First things, first: he needs a ship. He needs to find Mielli. To do that, he needs information that appears to have been edited out of every possible feed he can find. Except one.

Everything is interconnected. Mars. Earth. The Sobornost. The Spike. The Collapse. The zoku. It's a wire-frame structure, set spinning, and it achieves dimensionality and grace while it moves, the parts becoming clearer, the whole becoming stronger.

I've got to say, I loved the end of this trilogy.

I can't recommend these books highly enough. They won't work well as entry points into the genre; Rajaniemi's prose is too laden with sf tropes and jargon for that. But his prose itself is assured and graceful enough that I could read him just for sentence level work. And each book is like a layer of onion. Things that are obvious in the second book were not obvious in the first, and rereading the first after reading the third is a very different experience.

I can't wait to see where Rajaniemi goes next.


*   *   *


The Rhesus Chart is the fifth of Charles Stross's Laundry books.

I mention this fact because, if you're daunted by series length, you can start here. I did. I had no problem picking up the story—and the universe in which the Laundry is situated—pretty much from page one. It did make me curious about all the other books, but that's not a bad thing.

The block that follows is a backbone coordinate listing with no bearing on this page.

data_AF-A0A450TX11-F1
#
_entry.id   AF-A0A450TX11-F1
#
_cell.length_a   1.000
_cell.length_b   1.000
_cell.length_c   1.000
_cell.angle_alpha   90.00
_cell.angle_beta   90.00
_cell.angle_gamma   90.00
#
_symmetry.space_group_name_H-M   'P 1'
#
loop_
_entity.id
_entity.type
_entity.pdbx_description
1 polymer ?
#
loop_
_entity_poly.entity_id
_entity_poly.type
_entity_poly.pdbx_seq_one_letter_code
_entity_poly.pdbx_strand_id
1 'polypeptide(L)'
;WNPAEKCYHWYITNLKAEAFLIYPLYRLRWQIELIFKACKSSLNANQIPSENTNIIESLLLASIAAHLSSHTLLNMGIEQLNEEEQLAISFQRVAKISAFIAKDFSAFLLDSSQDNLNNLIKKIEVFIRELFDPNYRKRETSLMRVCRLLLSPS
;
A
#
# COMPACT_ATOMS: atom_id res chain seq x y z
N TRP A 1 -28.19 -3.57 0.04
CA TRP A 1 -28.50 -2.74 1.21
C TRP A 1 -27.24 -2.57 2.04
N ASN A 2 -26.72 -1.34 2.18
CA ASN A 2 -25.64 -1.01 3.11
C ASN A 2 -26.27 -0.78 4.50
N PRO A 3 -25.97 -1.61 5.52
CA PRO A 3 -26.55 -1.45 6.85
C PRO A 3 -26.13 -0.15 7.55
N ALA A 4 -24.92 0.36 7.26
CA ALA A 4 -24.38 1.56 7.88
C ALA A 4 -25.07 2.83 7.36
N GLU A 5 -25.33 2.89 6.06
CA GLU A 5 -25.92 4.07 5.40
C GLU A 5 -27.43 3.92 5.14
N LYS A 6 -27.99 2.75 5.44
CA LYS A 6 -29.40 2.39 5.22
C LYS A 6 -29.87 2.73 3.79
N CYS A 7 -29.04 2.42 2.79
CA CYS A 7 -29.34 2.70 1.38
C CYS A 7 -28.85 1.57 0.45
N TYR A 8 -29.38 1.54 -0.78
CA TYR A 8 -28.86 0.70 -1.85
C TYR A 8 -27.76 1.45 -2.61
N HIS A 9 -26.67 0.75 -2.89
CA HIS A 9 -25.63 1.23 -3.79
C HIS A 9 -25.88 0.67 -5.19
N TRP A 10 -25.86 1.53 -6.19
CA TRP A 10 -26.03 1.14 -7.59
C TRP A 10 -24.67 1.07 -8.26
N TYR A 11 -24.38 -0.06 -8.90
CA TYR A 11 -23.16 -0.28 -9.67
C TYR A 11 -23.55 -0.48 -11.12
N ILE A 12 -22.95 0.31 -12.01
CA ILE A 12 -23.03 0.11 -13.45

The reason I wanted to try this one is because so many of my friends read, and love, them. Computer programming, physics, eldritch horrors and the day-to-day grind of civil service bureaucracy (which reaches Dilbert levels in some cases) as seen by a civil servant. Of sorts—what's not to like?

I therefore had expectations going in. No knowledge, just expectations.

Stross lived up to them all. The opening line pretty much points the reader in the rough direction in which this book is traveling.


"Don't be silly, Bob," said Mo. "Everybody knows vampires don't exist."


The opening chapter rounds out that direction, but adds a distinctly human weight to it: Mo, our narrator's wife, is Not Happy with Bob Howard. She has her reasons (and they're pretty solid reasons). Bob Howard's specialty is computation, Necromancy (magic as it exists in this world is computational. Sort of), and a side-order of Handling Bureaucracy. The subtleties and niceties of marital disagreement are not his strong suit, because the complexity of interactions with other humans aren't the bigger part of his job or his area of expertise.

He means well. He feels apprehensive—when he has a moment to think about anything other than sheer survival. He's not great with people; he's decent, in a middling way, but everything about his character on the page portrays a man who does not like emotional confrontation. If asked, I'm sure he'd say he'd rather have an argument with his wife than an all-out fight with extra-dimensional monsters—but I'm not sure I'd believe it.